- A high-ranking official from an African country is due to meet the Foreign Secretary to discuss human rights. As the desk officer for the region, it is your job to write a brief explaining the issues and suggesting points for discussion.
- A member of the Royal family is touring your host country. It is your job to oversee the arrangements and see the visit goes according to plan.
- Civil unrest has broken out in a remote part of the country where you are based. London needs detailed information about why this has happened and who is involved.
- A British company contacts you asking for advice on exporting its products to your host country. It is your job to help them identify some suitable trading partners.
- As the UK representative at an EU working group, you have to negotiate the inclusion of some wording to which the Government attaches great importance.
As a policy entrant in the Diplomatic Service you could be dealing with any one of these situations or indeed all of them, or something similar, from your first few months in the office. You will change jobs every two or three years: the only thing they have in common will be the challenges and stimulation they offer.
People in the policy grades in the Diplomatic Service help to formulate policy on political, commercial and economic matters. That could mean anything from writing a progress report on complex arms negotiations in Geneva to briefing a minister on the latest plans to expand the European Union. Although you will concentrate on policy work, you may have the opportunity to try press and public affairs, consular, immigration or management work as well.
So have you got what it takes to be a successful diplomat?
Skills and abilities
As a policy entrant, you must be able to think quickly and analytically, have good interpersonal skills and an interest in international affairs. You should be a graduate with at least a second class (2.2) honours degree.
When you join the Diplomatic Service you will be assigned to a desk in one of our geographical or functional departments at the FCO in London. Before long, you will be expected to provide analysis and information on your desk’s countries or subjects.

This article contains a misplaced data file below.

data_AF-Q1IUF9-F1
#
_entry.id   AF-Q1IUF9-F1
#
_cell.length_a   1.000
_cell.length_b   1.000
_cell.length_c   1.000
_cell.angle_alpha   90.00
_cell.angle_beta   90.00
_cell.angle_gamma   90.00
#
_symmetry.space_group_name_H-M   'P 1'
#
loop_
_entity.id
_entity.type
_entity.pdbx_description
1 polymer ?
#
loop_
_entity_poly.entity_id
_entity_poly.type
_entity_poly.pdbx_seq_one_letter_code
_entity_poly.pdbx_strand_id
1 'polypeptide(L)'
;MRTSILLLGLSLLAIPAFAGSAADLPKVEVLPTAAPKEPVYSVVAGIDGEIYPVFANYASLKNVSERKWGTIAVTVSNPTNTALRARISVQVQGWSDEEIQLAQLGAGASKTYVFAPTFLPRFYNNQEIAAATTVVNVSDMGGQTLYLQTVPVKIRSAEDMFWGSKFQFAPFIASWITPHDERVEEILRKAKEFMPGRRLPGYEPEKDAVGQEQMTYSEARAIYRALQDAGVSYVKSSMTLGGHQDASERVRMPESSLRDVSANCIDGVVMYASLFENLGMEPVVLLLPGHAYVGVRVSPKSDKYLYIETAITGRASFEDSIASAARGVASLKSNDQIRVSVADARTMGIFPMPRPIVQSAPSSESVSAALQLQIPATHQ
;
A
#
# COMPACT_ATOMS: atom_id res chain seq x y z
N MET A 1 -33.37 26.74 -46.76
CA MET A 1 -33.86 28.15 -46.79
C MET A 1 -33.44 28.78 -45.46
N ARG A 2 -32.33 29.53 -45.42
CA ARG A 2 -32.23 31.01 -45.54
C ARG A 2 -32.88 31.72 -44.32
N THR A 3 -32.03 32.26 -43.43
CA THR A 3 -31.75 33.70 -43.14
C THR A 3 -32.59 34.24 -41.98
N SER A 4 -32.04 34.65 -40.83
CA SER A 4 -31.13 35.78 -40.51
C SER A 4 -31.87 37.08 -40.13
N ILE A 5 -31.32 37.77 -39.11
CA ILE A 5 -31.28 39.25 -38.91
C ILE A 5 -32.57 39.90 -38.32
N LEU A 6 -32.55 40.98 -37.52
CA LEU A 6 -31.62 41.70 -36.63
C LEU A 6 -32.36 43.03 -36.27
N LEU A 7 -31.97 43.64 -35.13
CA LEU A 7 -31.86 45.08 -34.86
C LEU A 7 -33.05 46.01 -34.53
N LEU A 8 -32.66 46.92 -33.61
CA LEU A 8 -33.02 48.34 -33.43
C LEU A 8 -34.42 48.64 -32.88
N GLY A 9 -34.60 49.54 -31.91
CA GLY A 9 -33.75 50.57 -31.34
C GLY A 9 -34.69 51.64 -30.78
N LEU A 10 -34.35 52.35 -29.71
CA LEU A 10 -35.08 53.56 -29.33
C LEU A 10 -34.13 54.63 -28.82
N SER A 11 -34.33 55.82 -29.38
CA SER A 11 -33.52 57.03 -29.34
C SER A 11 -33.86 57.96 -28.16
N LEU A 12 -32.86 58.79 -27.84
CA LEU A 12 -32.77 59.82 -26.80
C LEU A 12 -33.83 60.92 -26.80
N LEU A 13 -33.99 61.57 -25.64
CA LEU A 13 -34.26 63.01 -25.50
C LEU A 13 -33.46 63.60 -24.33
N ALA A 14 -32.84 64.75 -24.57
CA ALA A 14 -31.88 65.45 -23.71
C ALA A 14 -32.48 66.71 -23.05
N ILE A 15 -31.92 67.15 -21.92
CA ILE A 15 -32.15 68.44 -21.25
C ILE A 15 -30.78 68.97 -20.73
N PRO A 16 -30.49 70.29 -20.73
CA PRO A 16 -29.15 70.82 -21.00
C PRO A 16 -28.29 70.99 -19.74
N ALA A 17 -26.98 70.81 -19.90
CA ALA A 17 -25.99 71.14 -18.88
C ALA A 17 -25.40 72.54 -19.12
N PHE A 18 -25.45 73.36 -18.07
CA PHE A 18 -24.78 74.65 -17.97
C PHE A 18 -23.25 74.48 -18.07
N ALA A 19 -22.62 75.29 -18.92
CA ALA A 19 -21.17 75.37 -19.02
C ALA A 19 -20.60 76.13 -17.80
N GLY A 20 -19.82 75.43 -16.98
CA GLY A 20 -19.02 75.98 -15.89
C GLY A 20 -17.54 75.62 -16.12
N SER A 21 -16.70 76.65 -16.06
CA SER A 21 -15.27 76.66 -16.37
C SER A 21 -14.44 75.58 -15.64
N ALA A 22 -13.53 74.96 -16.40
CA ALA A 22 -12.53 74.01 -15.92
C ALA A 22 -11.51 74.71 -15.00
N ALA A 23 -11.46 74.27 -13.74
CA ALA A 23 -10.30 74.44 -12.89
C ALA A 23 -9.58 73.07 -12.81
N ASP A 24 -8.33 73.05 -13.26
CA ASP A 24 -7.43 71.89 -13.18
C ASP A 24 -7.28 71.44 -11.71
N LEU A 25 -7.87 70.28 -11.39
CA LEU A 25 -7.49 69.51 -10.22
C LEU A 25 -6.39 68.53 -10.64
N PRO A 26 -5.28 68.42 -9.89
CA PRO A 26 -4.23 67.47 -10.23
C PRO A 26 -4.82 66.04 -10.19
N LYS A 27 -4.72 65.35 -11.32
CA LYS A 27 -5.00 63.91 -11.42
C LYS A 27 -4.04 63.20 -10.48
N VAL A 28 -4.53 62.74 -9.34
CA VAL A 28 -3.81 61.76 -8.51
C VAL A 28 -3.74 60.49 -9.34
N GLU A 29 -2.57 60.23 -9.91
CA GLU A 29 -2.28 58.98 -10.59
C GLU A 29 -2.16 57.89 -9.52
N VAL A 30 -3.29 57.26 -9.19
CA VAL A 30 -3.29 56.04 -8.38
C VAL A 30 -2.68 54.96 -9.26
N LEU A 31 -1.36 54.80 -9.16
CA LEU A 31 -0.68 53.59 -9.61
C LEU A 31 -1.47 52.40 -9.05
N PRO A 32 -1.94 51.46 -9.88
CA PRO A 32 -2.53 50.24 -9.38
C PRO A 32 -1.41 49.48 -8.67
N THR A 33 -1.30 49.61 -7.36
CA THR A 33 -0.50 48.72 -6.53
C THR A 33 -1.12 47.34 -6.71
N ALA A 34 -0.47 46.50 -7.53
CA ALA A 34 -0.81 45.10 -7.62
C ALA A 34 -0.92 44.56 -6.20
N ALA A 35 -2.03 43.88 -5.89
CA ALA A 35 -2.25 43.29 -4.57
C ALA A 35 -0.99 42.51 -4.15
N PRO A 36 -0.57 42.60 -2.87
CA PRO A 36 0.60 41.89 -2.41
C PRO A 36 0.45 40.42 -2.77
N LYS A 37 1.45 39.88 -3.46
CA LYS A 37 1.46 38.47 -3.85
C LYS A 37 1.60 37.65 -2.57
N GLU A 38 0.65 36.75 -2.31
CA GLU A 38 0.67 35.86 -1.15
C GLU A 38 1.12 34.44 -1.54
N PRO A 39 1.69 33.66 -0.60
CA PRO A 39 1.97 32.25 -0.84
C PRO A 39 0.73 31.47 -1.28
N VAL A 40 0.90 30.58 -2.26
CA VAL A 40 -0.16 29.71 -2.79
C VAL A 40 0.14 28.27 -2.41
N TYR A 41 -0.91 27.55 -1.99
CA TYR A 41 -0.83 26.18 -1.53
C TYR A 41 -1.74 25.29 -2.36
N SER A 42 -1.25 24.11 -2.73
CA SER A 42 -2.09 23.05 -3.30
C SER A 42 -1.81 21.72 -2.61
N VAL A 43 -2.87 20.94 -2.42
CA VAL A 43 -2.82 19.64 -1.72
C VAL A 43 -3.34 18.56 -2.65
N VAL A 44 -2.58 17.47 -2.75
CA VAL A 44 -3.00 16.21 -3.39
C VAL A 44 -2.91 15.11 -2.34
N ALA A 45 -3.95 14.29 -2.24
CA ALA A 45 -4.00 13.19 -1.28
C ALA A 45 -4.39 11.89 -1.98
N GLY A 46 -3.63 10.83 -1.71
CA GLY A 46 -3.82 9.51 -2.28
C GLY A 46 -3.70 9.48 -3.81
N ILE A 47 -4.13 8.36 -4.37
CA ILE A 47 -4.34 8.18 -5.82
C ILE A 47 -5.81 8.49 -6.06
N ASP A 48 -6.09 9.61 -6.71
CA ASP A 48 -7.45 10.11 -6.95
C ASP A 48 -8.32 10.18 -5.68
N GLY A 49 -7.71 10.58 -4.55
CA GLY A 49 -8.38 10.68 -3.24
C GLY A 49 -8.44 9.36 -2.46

You will need good communications skills. As you build up knowledge in a certain area, ministers will expect you to provide briefings of a quality that could contribute to discussions at Cabinet level, stand up to robust questioning in Parliament, and satisfy the media, as well as expressing the policy of the government of the day.
You should also be a good organiser. In London, you could be liasing with representatives from foreign diplomatic missions to help organise ministerial visits. Overseas, you could be involved in the complex business of arranging a visit by a British minister or a trade delegation.
You will also need plenty of motivation. We will expect you to be driven by a fascination for you work and to take the initiative to get out into the community, making contacts and gathering information when you are overseas.
Staff management will be an important part of your job. This requires both maturity and tact; as a policy entrant, you will have people working to you who may be older and in some cases more experienced than you in their particular field. You will also be responsible for the development of your staff, which includes evaluating their performance and carrying out regular appraisals.
You are likely to spend about half your career overseas.
Overseas postings are important and offer you the chance to get to know a country and its people in depth. You might also be involved in high level international negotiations. We want you to build up a wide experience. This means we will want you to work in a number of different jobs in different types of missions. But you will have a say in the jobs you would like to do.
of the great things about this job in Vienna is that I am able to build
on the EU experience I have had - but in a bilateral post. This means that
I am still dealing with a wide range of European issues, but now instead
of negotiating texts in Brussels I am working with bilateral contacts here
to promote the UK position and reporting back to London on the situation
in Austria - more 'classic' diplomatic work. It's an excellent post, too
- one of the most beautiful cities I've lived in, fascinating culture -
and great food!'
Hall (C4) joined the FCO in 1994. After a year in the EU Common Foreign
and Security Policy Unit she went to UKMis New York as a conference officer,
before returning to London to be a desk officer in United Nations Department.
In 1997 she went to UKRep Brussels for 18 Months during the UK Presidency
of the EU, and then returned to London for German Language training before
taking up her current post in Vienna as second secretary, EU affairs.
a great opportunity to live and work in a different country. Every day,
I am dealing with people from the Spanish Ministry of Foreign Affairs and,
of course, in touch with colleagues back in the UK. The work is really interesting
and varied, and I'm given a lot of day-to-day responsibility. The best part
is having the chance to learn a new language full-time before you come on
a posting which really helps your understanding and enjoyment of the country.'
Guha, Second Secretary, Madrid. Priya Guha (C4) joined the FCO in 1996 after
graduation. Her first job was in Aviation and Maritime Department at the
FCO. She is now working as Second Secretary in Madrid.